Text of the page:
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Industry must convince customers of the value of new tech at I/ITSEC 2022

27th November 2022 - 16:00 GMT | by Norbert Neumann in London

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Countries everywhere are feeling the effects of tightening belts caused by soaring inflation and even higher energy prices, while global security is more fragile than it has been for decades. (Photo: UK MoD/Crown Copyright)

Shrinking financial resources and increasing military tension best characterise 2022 for most countries. This year’s exhibitors at I/ITSEC will face the task of persuading customers that innovation and novel approaches are safe bets.

Ahead of I/ITSEC 2022, the conference’s chair called for modelling, simulation and training experts to ‘enhance, adapt and accelerate’ solutions capable of meeting requirements through advanced technologies and new approaches.

The chair recognised that amidst declining financial powers and increased competition, it is more important now than ever that the industry and its military customers can implement new solutions and approaches before they become obsolete.

Although preparedness and training are increasingly critical, industry knows that militaries will be more prudent than ever when investing in shiny new technologies, as they will be expected to check their wallets before every decision. It is yet to be seen what novelties the T&S industry will bring to the world’s largest training and simulation show, but this is also true of the ways governments will balance the books in the coming years.

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Countries around the world are feeling the effect of tightening belts caused by soaring inflation and even higher energy prices. At the same time, global security is more fragile than it has been for decades.

Governments, particularly NATO members, are confronted with the challenge of helping their citizens with the increased cost of living while also ensuring that their nations are prepared to fight and defend themselves and others.

At the beginning of October, the US Senate pushed back the passage of advanced defence budget plans for an $840 billion authorisation bill to November. This budget accounts for inflation costs, new equipment and further support for Ukraine, but planners clearly needed more time to work out the unknowns – how much further materiel will Ukraine need and thus how much money the US needs to set aside for restocking.

Similarly, the UK’s new Prime Minister Rishi Sunak and his chancellor have delayed the government’s fiscal statement by three weeks. Sunak’s short-lived predecessor, Liz Truss, had pledged to increase defence spending to 2.5% of GDP by 2026 and 3% by 2030. One could argue that these promises were easy to make as her premiership, even at the time, seemed unlikely to last until 2026, let alone until the end of the decade.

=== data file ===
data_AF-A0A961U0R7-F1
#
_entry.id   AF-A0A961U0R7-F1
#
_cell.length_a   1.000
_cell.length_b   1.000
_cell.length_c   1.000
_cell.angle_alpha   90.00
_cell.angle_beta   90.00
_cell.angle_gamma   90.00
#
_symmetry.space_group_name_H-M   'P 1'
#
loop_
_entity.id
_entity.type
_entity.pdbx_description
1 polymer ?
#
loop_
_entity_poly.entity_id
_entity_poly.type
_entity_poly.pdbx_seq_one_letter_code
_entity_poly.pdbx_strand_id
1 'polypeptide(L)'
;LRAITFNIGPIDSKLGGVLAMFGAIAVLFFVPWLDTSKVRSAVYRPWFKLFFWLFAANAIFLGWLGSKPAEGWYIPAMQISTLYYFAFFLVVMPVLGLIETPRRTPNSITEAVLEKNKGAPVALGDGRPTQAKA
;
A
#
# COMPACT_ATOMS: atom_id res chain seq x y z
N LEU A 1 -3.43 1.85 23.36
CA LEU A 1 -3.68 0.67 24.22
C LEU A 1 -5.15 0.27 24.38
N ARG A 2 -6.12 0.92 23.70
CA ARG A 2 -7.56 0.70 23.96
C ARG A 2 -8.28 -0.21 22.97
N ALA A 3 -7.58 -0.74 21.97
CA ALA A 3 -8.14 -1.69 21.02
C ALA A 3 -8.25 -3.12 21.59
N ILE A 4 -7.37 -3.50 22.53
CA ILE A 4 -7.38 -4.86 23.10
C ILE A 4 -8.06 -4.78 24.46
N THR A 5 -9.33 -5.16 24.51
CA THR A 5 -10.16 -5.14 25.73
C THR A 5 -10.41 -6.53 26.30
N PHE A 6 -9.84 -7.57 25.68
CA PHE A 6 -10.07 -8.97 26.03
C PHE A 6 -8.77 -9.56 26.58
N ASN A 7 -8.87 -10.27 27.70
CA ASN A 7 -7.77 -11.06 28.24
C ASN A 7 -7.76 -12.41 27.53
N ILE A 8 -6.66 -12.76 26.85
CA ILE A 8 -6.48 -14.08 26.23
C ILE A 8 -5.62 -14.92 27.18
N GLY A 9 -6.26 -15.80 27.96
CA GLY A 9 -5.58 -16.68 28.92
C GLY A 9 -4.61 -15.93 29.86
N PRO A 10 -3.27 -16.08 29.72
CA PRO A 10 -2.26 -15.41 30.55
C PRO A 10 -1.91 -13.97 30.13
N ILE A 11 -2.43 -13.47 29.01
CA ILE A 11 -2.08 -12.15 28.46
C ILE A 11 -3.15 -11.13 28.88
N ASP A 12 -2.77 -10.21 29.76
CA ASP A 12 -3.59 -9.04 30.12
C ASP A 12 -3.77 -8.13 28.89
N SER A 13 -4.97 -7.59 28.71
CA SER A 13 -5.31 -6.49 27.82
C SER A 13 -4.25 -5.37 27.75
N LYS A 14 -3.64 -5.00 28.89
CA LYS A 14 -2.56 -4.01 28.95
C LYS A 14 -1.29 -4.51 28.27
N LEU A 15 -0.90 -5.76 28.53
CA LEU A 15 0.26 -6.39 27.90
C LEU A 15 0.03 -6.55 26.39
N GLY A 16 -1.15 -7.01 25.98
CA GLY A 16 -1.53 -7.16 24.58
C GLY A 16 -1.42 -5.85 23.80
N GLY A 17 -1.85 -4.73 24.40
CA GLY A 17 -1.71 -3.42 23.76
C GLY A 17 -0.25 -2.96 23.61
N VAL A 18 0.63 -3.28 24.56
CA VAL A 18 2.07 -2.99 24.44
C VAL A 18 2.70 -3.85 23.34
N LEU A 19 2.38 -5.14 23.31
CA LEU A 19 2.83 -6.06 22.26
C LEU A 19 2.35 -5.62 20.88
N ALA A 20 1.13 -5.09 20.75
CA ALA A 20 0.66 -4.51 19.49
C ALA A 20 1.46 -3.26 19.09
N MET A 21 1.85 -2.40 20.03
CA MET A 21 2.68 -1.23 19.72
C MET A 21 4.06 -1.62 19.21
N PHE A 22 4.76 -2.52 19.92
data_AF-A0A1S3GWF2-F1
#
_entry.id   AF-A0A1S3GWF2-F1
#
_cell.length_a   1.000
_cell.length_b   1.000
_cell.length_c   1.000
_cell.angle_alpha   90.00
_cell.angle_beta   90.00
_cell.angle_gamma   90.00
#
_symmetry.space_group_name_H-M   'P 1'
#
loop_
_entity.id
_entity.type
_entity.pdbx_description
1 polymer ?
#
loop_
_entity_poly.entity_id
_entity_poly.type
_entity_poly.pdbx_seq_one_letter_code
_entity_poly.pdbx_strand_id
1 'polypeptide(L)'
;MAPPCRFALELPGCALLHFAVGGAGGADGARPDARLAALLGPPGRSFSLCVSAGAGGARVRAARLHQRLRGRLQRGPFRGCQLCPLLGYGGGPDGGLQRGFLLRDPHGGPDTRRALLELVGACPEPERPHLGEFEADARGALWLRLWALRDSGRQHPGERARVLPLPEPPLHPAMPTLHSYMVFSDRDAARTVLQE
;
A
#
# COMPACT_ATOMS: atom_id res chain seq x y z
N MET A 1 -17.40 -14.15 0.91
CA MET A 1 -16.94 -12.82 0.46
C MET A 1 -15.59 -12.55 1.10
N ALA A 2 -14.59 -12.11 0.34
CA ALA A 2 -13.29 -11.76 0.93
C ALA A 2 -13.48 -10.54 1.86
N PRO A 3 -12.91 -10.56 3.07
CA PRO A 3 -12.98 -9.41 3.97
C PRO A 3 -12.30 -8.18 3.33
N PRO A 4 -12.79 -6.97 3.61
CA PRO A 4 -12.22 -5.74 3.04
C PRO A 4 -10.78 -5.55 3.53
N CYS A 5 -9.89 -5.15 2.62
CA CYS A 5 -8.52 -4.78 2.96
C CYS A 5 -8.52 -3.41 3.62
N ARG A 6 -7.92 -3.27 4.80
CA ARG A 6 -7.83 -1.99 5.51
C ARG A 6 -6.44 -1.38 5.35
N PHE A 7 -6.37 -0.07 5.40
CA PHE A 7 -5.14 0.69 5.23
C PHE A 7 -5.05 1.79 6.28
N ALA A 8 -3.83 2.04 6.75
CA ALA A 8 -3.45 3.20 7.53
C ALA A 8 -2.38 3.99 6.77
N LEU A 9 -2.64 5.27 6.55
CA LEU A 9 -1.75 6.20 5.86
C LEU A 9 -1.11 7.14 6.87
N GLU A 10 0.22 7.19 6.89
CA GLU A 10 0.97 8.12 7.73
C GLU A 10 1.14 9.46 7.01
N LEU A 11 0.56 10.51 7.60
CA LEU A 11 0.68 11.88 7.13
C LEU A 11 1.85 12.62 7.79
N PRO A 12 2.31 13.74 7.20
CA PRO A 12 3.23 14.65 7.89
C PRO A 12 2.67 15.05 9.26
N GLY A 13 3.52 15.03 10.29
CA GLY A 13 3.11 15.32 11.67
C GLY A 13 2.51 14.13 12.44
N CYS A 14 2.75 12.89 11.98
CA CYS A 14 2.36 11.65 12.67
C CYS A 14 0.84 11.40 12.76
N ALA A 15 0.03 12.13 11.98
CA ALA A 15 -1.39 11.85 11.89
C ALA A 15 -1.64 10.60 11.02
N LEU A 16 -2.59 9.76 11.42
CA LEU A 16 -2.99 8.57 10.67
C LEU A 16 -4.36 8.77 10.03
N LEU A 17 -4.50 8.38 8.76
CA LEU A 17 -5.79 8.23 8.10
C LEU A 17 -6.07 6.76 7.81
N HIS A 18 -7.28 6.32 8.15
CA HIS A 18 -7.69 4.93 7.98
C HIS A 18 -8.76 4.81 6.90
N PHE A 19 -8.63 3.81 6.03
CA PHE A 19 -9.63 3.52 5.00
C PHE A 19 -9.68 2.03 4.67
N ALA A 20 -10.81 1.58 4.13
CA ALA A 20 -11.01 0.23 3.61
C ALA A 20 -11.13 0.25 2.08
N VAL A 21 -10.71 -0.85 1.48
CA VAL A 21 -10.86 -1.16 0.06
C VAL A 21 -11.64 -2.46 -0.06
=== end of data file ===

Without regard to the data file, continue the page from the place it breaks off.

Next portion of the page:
'Countries around the world are feeling the effect of tightening belts caused by soaring inflation and even higher energy prices.'

However, cutting back on defence in the current climate would be a complicated move for Sunak – or anyone else. Ministers within his own party voiced concerns that only a secure Britain can remain prosperous.

But sustaining shipments of equipment and support for Ukraine is also eating away significant resources, with the UK being the most generous European supporter of the invaded Eastern European country.

A little further from the eye of the storm, but still a fervent backer of Kyiv, Canada is expressing doubts as it grapples with stretched equipment and personnel capacity amidst foreign conflict and domestic natural disasters.

In these circumstances, the biggest challenge the T&S industry is facing is to maintain armed forces’ appetite to commit to new technologies and solutions. Even before things began to look so dire fiscally, there was a consensus that adopting new technologies without a proper training needs analysis can distract and disrupt training protocols.

The need for reduced carbon emissions and the desire to conduct large-scale, multi-nation exercises and training events in an affordable way may drive the adaptation of single synthetic environments (including digital twins and the ‘metaverse’). The jury, however, is still out on the virtual-live training equilibrium matter.

Additionally, the Canadian Armed Forces is still dragging its heels when it comes to incorporating simulations to a high degree across all domains. The UK also has a chequered track record of handling large-scale training programmes, with many of its current efforts involving virtual solutions facing delays.

The US may have the ability to throw large sums of money at its problems, but as the battered Integrated Visual Augmentation System (IVAS) programme reveals, more dollars are not necessarily the solution.

At a time of high military tension and stretched budgets, organisations may decide to circle back to proven concepts instead of spending money on futuristic technologies.

 

Shephard's I/ITSEC 2022 coverage is sponsored by:

Norbert Neumann

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Norbert Neumann


Norbert is the Military Training & Simulation reporter at Shephard Media. Before joining Shephard in …

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